#YOUthTalk  |  Building Personal Resilience

A Teen’s Survival Guide to Pandemics!

BY DR VICKNESAN JEYAN MARIMUTTU

15 May 2020  |   4 min read

Adapting to the changes wreaked by COVID-19 and staying at home all the time is not easy. Here are tips on how to survive a pandemic (and other natural disasters).

Time to reflect

Being an adolescent is tough. It is hard enough having to cope with schoolwork and friendship dynamics on a normal day. COVID-19 certainly adds to the stress, with the circuit breaker measures not helping matters. While staying home may be difficult or even boring, it has some blessings too. It gives us a chance to slow down and reflect. It is an opportunity to take stock of our aspirations, achievements and worries. This is often missed out in the mad rush of daily life.

Take the time to reflect and write down your thoughts. It is absolutely normal to feel anxious during this period. Anxiety can exist even if it is not at the forefront of our minds. Speak to someone about it, as voicing our worries can help us organise our thoughts and make better sense of them.

Don’t focus on negativity

Pandemics tend to be accompanied by a lot of worrying news. We read, watch and listen to saddening stories from around the world. Before we know it, we have spent the last six hours being enveloped in negativity. It is important to keep up to date. However, spending too much time on negative news can add to our emotional stress.

Limit the time you spend catching up on the latest updates to at most an hour each day. Immersing ourselves in COVID-19 postings – even the positive, inspiring stories – in excess can be emotionally draining. The key is to be involved in a variety of things and activities.

We live in unprecedented times but we can try to make the best and most of it.

Learn something new

You may think: “Argh, not the same advice again!”. Half the world is in lockdown and this is probably the most overused line – learn something new. However, having to stay at home gives us a chance to do something that we have always wanted to do but just never had the time.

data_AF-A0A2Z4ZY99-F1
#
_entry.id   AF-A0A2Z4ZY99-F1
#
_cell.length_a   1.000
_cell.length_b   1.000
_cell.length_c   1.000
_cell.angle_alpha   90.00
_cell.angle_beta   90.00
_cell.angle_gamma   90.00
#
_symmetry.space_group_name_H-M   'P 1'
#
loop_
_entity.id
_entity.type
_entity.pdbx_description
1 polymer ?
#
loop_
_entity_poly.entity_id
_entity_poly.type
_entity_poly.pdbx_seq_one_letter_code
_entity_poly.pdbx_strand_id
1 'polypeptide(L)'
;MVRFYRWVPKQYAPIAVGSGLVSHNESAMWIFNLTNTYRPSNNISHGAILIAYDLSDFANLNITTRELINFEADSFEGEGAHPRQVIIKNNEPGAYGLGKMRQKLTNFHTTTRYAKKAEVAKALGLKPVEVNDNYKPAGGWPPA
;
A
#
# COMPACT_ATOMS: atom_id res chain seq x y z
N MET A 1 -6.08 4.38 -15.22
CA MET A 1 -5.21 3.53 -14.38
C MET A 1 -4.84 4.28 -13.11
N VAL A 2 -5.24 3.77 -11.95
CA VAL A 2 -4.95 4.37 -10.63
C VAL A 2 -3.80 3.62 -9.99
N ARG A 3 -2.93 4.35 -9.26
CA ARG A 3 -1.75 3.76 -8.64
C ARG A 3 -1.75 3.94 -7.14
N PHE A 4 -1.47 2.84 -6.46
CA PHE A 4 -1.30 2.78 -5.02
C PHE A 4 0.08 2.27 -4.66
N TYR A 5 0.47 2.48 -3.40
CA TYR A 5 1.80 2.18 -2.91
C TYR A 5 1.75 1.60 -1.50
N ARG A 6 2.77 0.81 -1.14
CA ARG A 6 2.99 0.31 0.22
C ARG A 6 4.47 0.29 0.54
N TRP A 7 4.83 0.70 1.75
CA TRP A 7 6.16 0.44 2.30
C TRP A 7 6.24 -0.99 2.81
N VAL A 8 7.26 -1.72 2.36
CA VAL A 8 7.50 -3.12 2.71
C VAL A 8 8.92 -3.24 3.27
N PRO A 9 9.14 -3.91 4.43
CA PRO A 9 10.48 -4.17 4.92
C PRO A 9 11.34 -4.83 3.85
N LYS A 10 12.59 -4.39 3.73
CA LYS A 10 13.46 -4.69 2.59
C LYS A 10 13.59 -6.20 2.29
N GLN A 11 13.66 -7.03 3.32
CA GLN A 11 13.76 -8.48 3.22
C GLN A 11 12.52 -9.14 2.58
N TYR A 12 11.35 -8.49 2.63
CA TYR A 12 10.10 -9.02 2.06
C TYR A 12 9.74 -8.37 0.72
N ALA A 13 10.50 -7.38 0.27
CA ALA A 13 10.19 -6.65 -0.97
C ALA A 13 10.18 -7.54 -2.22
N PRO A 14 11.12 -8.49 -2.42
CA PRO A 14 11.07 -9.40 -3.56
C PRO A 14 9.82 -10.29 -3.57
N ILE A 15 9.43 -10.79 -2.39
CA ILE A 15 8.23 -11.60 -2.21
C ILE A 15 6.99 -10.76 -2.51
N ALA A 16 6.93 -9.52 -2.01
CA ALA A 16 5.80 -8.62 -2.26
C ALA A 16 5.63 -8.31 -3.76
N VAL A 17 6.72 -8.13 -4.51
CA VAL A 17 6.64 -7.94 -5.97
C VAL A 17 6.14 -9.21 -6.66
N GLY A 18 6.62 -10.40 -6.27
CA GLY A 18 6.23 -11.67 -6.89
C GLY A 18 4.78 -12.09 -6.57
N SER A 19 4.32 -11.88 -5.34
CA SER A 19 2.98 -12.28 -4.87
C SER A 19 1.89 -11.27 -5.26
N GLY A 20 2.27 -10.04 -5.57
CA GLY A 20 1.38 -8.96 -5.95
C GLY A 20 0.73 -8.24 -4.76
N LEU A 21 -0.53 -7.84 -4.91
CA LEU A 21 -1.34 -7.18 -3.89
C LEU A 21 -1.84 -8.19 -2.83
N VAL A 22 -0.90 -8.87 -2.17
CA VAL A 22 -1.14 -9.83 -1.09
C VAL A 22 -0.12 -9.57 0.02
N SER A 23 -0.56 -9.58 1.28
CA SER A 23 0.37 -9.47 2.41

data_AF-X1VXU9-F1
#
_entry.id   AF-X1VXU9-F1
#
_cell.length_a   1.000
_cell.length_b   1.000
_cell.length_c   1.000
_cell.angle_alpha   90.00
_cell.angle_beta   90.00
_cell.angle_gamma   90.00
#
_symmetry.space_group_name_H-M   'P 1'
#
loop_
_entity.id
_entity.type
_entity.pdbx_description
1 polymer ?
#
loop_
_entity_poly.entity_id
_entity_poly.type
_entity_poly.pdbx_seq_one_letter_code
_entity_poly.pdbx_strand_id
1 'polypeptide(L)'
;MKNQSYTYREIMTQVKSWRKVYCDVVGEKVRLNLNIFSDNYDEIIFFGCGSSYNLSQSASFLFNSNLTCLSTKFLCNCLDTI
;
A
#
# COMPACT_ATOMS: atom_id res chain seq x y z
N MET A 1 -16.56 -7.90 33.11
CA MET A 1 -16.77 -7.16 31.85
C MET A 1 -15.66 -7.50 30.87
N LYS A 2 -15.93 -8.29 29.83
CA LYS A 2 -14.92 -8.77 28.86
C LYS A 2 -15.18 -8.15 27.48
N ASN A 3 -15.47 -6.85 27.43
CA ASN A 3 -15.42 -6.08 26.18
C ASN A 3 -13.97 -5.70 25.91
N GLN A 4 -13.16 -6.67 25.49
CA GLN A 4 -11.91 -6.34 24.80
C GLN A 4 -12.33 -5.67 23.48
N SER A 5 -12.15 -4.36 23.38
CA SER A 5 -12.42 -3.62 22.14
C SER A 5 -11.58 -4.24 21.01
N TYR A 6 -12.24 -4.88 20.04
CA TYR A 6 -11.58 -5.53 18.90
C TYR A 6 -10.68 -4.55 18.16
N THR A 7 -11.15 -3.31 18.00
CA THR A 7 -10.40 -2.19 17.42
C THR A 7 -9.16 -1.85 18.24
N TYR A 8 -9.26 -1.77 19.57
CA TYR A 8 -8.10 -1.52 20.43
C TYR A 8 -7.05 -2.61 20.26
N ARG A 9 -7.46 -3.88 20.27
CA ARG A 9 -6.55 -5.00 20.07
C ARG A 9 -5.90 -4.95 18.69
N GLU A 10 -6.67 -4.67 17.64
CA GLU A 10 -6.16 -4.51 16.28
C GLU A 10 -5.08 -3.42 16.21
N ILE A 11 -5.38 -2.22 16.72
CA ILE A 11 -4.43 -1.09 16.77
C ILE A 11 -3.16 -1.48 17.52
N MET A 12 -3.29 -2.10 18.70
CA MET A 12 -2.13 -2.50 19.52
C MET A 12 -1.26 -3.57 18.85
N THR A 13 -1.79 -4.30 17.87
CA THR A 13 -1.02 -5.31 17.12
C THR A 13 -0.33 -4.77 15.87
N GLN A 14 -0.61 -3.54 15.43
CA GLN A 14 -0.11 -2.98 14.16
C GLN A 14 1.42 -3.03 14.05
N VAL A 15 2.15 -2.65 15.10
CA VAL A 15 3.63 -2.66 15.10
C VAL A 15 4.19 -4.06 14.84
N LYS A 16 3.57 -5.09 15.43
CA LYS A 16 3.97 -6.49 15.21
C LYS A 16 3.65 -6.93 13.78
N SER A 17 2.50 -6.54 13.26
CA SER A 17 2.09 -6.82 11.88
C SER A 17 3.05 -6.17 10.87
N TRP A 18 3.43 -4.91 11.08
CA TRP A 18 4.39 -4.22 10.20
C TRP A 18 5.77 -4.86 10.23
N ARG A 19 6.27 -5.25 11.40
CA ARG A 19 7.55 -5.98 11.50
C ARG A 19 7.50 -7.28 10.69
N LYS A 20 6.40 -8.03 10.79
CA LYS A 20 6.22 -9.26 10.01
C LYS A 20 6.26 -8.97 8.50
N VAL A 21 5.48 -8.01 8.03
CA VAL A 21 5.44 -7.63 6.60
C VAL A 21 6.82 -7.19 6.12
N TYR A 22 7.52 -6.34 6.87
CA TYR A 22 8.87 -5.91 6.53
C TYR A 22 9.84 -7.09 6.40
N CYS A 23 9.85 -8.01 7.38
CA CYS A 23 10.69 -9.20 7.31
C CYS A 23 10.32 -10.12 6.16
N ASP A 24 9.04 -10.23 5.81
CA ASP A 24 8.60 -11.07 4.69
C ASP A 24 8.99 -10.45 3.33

We could take up painting again, cook or write the lyrics to a song. It is a distraction and an outlet for our emotions. Some people tend to spend all their time on social media or playing video games out of boredom. But engaging in varied activities can make us feel good as it helps us feel productive. We may even learn something new about ourselves.

Relationships

We may be used to spending most of our time with people outside of our family, so this period is unnatural. We can survive on social networking applications like Instagram and messaging platforms such as WhatsApp, but we still need that very human thing called face-to-face interactions.

Being with parents 24/7 has challenges and we may be tempted to never leave our room. No doubt we need a quiet space, but there are benefits in spending time with family (again, a highly repeated, potentially cringeworthy often used phrase).

Consider this situation as the once-in-a-generation event it truly is, and view it as an opportunity to deepen our relationships with friends, parents (oh no!) and siblings (oh nooo!!!). The words in brackets are probably your innermost thoughts. It may not be easy, but give it a try.

Spend time cooking or watching a movie together. Find out what people think about the issues of the world. Ask your parents about their childhood memories and teenage experiences. Family will always be family and having closer relationships will always be a boon.

These are unprecedented times, but we can make the best of the situation. We cannot control everything but we can choose to think, act and relate in positive ways that help us reap emotional health benefits – now and beyond the pandemic.

The contributor is a Head and Senior Consultant at the Child and Adolescent Mental Wellness Service at KK Women’s and Children’s Hospital.